Day 9 - Discover Bergen
Known as the gateway to the fjords, Bergen is Norway’s charming second city with plenty of its own attractions to uncover. You can visit the medieval houses of the UNESCO World Heritage Site, Bryggen, and take the funicular up Mount Fløyen for panoramic views over the city and fjords.
There are also plenty of museums, shops and restaurants to check out on your last full day in Scandinavia.
Day 10 - Depart from Bergen, Norway
Fly back home from Bergen-Flesland Airport, having enjoyed 10 days in beautiful Scandinavia.
What other ideas are there for a Scandinavia tour in October?
Travelling to Scandinavia (Norway, Sweden and Denmark) gives you a good excuse to see more of Northern Europe in the same trip.
The Nordic countries – that’s Finland and Iceland as well as Norway, Sweden and Denmark – are well connected via plane, train and ferry. That’s why seeing a few of them in one go is a great idea!
You could begin your tour in the capital of Finland, Helsinki. Here in this exciting city, spend your time uncovering attractions like Senate Square, Uspenski Cathedral, and the Old Market Hall. Don’t miss the chance to visit local restaurants for a taste of Finnish cuisine.
Then, step aboard a vessel that whisks you to Stockholm, crossing the Baltic Sea overnight to begin your exploration of the Scandinavian Triangle the following day.
Another option is to follow up your Scandinavia tour with a visit to Iceland. Fly from Oslo to Reykjavík and spend some days discovering the country’s awe-inspiring natural scenery, including glaciers, volcanoes and waterfalls.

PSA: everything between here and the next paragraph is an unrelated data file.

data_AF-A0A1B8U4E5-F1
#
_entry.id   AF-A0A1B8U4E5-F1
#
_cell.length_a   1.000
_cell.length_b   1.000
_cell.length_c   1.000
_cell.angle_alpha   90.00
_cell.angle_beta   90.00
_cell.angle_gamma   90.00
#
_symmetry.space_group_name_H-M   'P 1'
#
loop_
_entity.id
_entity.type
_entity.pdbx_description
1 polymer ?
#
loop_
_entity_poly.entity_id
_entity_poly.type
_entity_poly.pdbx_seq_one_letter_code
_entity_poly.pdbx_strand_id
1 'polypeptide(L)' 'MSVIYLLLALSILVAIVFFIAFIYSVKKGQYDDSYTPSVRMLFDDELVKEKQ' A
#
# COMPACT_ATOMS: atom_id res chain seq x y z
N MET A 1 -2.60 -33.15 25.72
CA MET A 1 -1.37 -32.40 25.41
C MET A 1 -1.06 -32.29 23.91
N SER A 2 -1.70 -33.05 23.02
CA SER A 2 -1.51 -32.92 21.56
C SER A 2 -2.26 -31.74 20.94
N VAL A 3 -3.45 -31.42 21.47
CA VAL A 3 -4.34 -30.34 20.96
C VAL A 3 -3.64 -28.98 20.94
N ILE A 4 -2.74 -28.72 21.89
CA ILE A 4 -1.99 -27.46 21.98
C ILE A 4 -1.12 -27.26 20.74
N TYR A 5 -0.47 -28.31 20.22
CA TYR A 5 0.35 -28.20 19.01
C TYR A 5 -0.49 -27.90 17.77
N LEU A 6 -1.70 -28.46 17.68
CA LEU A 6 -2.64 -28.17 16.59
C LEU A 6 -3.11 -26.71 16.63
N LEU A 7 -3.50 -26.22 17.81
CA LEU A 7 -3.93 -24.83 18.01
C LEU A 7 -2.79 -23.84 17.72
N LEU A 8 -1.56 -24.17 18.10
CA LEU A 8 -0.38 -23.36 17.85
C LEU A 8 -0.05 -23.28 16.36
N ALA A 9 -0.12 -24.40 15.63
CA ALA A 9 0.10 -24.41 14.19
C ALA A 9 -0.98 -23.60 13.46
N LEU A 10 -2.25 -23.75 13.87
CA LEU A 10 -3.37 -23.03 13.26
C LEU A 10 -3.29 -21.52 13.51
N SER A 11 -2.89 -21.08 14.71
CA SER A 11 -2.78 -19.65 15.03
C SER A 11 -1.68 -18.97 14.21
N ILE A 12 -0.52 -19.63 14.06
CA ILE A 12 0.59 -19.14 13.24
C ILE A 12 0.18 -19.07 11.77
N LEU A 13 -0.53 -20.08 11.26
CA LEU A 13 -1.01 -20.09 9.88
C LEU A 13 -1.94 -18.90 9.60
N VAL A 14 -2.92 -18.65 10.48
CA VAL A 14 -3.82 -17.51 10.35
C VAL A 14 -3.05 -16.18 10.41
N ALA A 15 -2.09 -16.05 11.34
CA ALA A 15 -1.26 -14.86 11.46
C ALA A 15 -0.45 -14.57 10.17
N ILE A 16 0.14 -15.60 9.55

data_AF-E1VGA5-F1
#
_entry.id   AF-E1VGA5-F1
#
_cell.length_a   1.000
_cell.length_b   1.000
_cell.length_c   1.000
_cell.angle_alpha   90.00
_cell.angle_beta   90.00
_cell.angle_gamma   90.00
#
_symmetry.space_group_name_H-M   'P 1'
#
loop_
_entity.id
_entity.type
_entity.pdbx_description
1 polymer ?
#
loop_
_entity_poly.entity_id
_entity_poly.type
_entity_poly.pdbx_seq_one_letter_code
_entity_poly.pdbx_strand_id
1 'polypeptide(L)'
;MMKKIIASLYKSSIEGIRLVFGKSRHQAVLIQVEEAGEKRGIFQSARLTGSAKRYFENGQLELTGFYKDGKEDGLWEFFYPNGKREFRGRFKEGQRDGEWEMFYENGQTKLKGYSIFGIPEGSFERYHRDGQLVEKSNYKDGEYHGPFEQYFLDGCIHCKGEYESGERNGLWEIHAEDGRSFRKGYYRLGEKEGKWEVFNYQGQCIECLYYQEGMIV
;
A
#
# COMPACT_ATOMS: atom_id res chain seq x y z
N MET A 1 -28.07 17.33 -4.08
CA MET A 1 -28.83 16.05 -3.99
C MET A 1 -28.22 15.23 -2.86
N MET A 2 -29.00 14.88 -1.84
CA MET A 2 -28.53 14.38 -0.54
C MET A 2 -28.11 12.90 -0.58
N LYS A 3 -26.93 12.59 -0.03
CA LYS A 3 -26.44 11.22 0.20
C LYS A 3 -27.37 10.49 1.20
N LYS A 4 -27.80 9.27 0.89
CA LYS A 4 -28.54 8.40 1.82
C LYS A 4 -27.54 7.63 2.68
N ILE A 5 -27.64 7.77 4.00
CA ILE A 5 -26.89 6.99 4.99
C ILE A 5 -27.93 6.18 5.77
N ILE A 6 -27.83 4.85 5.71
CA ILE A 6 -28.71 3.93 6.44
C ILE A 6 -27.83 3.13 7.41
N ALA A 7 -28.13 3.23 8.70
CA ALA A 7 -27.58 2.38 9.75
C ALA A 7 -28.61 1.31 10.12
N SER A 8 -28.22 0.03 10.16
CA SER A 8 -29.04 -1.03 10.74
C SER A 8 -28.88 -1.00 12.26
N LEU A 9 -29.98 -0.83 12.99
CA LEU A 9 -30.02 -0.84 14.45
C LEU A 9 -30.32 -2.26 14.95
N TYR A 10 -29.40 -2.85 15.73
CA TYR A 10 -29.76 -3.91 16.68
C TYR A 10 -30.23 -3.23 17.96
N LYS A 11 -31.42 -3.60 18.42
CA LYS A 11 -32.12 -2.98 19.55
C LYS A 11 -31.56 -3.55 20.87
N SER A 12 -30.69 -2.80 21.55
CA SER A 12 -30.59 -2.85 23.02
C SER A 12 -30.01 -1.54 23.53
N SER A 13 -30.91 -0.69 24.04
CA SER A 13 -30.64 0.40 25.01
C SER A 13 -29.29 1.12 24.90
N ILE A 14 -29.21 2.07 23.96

Or, if you’re planning a trip to see the northern lights in October, we recommend you visit Northern Norway or Iceland. For the optimum chance of spotting the aurora borealis, the best time to visit is in winter (October to March) when the night skies are darker.
Good to know: Most of our itineraries aren't set in stone, and there are many possibilities for customised routes. We can modify your tour if you'd prefer to arrive in a different city, spend more free time in one destination than another, or add other towns to your trip.
Just ask your Nordic Visitor travel consultant for advice.
How about a self-guided tour of Scandinavia?
If you would like to discover Scandinavia on your own, then an independent tour is the perfect choice. Travel from one place to the next using public transportation, which in Scandinavia is fast, reliable and punctual.
By opting for a train and cruise tour of Scandinavia, you’ll benefit from having your itinerary arrangements made for you but with the freedom to spend your days however you please. Nordic Visitor will book all your accommodation and travel tickets between destinations, and you can add on activities too.
Plus, by booking an independent tour of Scandinavia you’ll still be able to enjoy the usual Nordic Visitor benefits. These include access to our 24/7 helpline, a detailed personal itinerary, helpful travel guide and daily breakfast.
Interested in a Scandinavia road trip?
On a self-drive tour in Scandinavia, you’ll have the freedom to pull the car over at any attractions that catch your interest.
The best part? You won’t have to worry about where you’re going or sleeping, because your Nordic Visitor travel consultant has already sorted those local arrangements for you. You’ll also have access to our 24/7 emergency helpline should you need to call us at any point.
If you want to take a road trip through Scandinavia, we recommend visiting between May and September. Enjoy incredible scenery right outside your window, watching how the landscapes shift between Sweden, Denmark and Norway.
You could opt for a circular road trip between Stockholm, Copenhagen and Oslo, flying in and out of the Swedish capital, for example.
Prefer a guided tour of Scandinavia?
To see the region from a local’s point of view and make some new friends along the way, a guided small group tour of the Scandinavian capitals is an excellent option! These take place between May and August, so book your trip for the summer season to join a group.
A small group tour of Scandinavia offers an enriching experience, allowing you to get the most out of your trip thanks to the expertise of a local tour guide. What’s more, you’ll be travelling alongside 16 people at most, so the trip is still personal for you.